3. Allow me to preach a little here because you need to hear it. Accept that things will be different. Your lifestyle will be different. Your menu will be different. Make peace with change. Kick, scream, have a long cry, do a little tae-kwon-do...do what you gotta do to get all your angst about it out. Then embrace it. There will be a period of mourning for crackers, waffles, and flour tortillas. That's fine, but you've gotta get over it. You are now on a journey of living a new way. You won’t go back to the old way, no siree! Trying to replace all the stuff (i.e. crackers, waffles, pizza dough) from “the old way” is only going to keep you captive to poor choices and poor health. Replacing the stuff that got you in this predicament won’t help on your road to healing! You’re going beyond just replacing the bad stuff with less bad stuff. Instead, you are going on a journey that will teach you new ways to nourish your body through food, so you can’t keep thinking about food the same way. Your relationship with food will change, for the better. It will take time, but it will happen. Be patient and let it.
4. Don’t even think about going down the "this is going to be so expensive..." road. It really doesn't have to be, and it’s not a good excuse not to take hold of your health! I guarantee having surgery to have some of you colon removed or content prescriptions needing to be filled is more expensive. Let me explain. You will be tempted to go out and buy every box and bag of stuff labeled “gluten free,” because at first you will crave those old carb-ridden junk foods, and you will just HAVE to try every single GF substitute you can get your hands on. Not only is that going to be really expensive, because all the GF substitutes are like 8xs the price of the old glutanic stuff, it’s not going to help you with your health. Now, I actually spend about the same, sometimes more/sometimes even less, at the grocery store. I pretty much only buy super-high quality meats, raw (or at the least minimally processed) organic dairy, quality produce (I try to do mostly organic but always buy non-GMO), and some bulk stuff- like nuts and dried fruit. Packaged foods are pricey, go really fast, and have little nutritional value. Eliminating those and replacing them with higher quality and fresh items is pretty much an even swap monetarily speaking, but pays huge dividends in health and healing. I promise once you stop buying the GF pre-packaged foods, your budget won’t suffer and you will be so much better off. It's really just a re-allocation of dollars.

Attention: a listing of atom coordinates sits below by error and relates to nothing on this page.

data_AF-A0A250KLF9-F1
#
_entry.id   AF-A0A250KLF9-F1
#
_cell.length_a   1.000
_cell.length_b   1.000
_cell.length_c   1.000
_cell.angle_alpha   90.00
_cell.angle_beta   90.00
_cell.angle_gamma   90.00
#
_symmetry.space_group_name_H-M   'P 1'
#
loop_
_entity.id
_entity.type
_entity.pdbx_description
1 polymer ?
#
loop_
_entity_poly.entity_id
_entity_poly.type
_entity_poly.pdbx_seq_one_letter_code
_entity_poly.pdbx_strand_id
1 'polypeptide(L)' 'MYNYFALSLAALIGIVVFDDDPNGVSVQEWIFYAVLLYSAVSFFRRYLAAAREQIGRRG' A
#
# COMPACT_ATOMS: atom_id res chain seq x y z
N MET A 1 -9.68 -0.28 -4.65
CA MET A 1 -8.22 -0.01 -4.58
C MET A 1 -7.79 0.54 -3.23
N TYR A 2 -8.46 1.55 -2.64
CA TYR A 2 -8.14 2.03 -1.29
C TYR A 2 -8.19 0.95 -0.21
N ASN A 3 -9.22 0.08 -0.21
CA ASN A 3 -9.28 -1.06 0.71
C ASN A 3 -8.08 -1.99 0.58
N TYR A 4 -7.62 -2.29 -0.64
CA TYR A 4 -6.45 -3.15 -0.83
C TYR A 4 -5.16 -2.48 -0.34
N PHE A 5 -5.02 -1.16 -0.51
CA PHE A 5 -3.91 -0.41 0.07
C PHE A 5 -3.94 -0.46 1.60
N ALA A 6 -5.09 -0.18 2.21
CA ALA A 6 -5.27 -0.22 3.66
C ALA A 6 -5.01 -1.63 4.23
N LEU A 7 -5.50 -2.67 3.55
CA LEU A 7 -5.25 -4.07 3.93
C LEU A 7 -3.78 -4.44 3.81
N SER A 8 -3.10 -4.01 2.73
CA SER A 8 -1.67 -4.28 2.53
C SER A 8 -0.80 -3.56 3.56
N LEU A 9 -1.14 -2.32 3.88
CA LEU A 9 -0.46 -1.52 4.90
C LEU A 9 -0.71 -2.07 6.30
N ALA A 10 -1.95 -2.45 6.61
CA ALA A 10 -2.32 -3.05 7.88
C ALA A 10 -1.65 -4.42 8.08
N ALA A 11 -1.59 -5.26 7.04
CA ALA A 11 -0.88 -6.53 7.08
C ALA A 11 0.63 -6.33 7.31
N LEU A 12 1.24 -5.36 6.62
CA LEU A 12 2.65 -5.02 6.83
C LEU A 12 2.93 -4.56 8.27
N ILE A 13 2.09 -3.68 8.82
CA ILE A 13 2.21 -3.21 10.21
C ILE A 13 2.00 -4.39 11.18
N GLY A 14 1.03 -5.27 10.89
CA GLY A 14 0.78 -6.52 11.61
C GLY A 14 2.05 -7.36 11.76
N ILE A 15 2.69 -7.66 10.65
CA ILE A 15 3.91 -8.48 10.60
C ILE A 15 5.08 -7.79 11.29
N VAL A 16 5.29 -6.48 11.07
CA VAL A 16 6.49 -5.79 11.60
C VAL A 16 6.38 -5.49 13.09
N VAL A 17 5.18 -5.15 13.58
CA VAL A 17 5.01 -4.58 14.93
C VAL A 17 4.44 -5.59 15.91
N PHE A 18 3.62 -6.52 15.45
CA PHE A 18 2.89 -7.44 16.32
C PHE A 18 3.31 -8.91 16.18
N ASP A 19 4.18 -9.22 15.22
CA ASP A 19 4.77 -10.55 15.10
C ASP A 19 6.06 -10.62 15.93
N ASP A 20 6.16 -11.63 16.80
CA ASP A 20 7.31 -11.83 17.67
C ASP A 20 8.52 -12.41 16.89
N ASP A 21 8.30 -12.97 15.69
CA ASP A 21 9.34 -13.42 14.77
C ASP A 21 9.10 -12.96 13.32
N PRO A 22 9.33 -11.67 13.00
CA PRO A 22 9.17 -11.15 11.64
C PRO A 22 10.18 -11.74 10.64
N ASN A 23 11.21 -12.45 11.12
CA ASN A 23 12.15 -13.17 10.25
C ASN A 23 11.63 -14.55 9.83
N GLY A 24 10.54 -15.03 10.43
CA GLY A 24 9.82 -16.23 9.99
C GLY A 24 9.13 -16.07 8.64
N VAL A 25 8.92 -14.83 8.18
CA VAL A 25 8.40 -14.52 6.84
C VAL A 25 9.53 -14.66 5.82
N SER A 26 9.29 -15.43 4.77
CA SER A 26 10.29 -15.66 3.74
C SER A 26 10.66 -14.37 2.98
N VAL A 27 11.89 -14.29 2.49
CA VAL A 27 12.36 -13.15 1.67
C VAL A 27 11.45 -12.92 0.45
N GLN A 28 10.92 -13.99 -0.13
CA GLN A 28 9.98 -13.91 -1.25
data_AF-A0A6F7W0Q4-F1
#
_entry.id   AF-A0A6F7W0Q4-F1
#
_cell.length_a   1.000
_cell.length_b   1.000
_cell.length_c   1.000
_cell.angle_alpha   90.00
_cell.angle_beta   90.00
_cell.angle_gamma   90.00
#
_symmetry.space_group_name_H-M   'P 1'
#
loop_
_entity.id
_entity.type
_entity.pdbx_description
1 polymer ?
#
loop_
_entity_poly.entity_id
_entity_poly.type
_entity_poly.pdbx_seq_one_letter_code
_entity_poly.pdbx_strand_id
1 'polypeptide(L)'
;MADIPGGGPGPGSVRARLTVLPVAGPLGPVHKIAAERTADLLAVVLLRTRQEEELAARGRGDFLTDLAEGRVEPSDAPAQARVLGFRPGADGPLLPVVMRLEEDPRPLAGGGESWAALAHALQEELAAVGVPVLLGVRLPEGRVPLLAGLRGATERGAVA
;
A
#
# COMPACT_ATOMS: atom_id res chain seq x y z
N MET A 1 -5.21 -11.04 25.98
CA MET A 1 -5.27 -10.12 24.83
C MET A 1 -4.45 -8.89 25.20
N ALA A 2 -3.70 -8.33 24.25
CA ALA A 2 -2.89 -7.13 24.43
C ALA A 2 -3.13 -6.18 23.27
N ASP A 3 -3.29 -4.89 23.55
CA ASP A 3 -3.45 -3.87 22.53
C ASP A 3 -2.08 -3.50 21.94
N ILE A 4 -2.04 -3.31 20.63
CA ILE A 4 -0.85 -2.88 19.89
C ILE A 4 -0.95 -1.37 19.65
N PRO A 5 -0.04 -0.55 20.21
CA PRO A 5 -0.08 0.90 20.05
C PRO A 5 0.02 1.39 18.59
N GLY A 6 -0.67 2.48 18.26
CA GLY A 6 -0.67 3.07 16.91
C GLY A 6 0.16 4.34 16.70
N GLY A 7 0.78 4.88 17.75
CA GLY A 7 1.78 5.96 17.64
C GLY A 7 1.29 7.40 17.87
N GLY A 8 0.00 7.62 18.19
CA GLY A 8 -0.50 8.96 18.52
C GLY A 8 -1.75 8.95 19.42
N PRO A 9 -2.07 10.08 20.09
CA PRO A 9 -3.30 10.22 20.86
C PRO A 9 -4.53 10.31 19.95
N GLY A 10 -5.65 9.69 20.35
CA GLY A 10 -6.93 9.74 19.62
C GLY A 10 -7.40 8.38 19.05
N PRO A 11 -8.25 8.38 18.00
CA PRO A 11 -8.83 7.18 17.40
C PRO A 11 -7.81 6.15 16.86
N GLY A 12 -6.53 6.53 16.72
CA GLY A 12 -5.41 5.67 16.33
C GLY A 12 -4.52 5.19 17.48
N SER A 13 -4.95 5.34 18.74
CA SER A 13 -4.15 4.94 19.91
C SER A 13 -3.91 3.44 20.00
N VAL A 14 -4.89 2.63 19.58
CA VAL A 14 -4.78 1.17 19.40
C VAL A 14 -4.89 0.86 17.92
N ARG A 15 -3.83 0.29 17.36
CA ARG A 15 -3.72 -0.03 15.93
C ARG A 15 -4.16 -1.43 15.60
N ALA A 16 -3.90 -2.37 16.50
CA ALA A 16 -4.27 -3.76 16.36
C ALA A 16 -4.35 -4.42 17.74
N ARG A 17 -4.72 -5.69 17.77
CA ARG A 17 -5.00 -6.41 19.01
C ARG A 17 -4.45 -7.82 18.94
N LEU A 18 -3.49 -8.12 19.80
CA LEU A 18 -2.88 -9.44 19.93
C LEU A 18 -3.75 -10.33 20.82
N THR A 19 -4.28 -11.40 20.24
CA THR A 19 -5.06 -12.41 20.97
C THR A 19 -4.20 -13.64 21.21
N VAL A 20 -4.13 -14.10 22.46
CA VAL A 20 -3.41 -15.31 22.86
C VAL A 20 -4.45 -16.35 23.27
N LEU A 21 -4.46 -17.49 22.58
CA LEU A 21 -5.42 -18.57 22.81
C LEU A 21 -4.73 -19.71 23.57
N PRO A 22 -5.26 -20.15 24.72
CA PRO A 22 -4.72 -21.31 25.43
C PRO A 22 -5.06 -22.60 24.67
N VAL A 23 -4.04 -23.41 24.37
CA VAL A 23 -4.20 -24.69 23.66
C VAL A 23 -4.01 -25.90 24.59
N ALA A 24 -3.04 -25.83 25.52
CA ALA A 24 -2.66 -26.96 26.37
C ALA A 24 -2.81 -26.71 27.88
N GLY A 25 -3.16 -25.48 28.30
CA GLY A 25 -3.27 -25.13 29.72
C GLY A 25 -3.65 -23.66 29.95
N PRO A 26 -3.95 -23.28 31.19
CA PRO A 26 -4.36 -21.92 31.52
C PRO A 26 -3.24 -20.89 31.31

**Now for the action items. Do this at the beginning - before you even go shopping one time after your diagnosis. If you’re farther in the process, do this stuff ASAP!
5. Prepare to start reading food labels. It's critical to your success. Gluten hides in almost EVERYTHING processed, so you really have to be careful. After a few months, you'll be able to spend way less time doing this because you'll have the hang of it. Till then, check, check, and check again for glutanic ingredients. Or better yet, just stop buying processed items. :) If you do want to buy something packaged...Aside from the super-obvious bread-y things like pizza, buns, pasta, cakes, and crackers, be aware there are a ton of things you would NEVER think would contain gluten that actually do, like soy sauce, marinades/sauces/gravies/condiments, salad dressings, chips, beer, granola bars, candy, vitamins, medicines, ice cream, lunch meats and other prepared meats, soups, seasoning packets, and so many more. Below, I've compiled a quick list of some glutanic ingredients to watch for on labels. It's not exhaustive, so if you aren't sure what a particular ingredient is - google it! Shopping with your smart phone handy is going to be the new normal. (I highly recommend reading this list from Celiac.org - it's long but really gets into things to think about you wouldn't normally consider.) As if this weren't tricky enough, the FDA does not require food manufacturers to list "gluten" as an allergen - although it does require them to list "wheat" - so even if a label says "wheat free" on it, that doesn't necessarily mean it's gluten free. Grr! Read those labels and watch out for these common offenders:
<< wheat, wheat starch, barley, barley malt, rye, triticale, spelt, millet, durum, semolina, graham, kamut, einkorn wheat, emmer, farina, farrow, malt (including malted barley, malt extract, malted milk, malt flavoring, and malt vinegar), buckwheat, caramel color (if not made in the USA - which how would you ever know that unless you contact the food manufacturer?), oats (unless it specifically says they are certified GF), brewer's yeast>>
Feel free to copy and paste that list and the link to celiac.org's list above and keep it in a note on your smartphone. Super handy.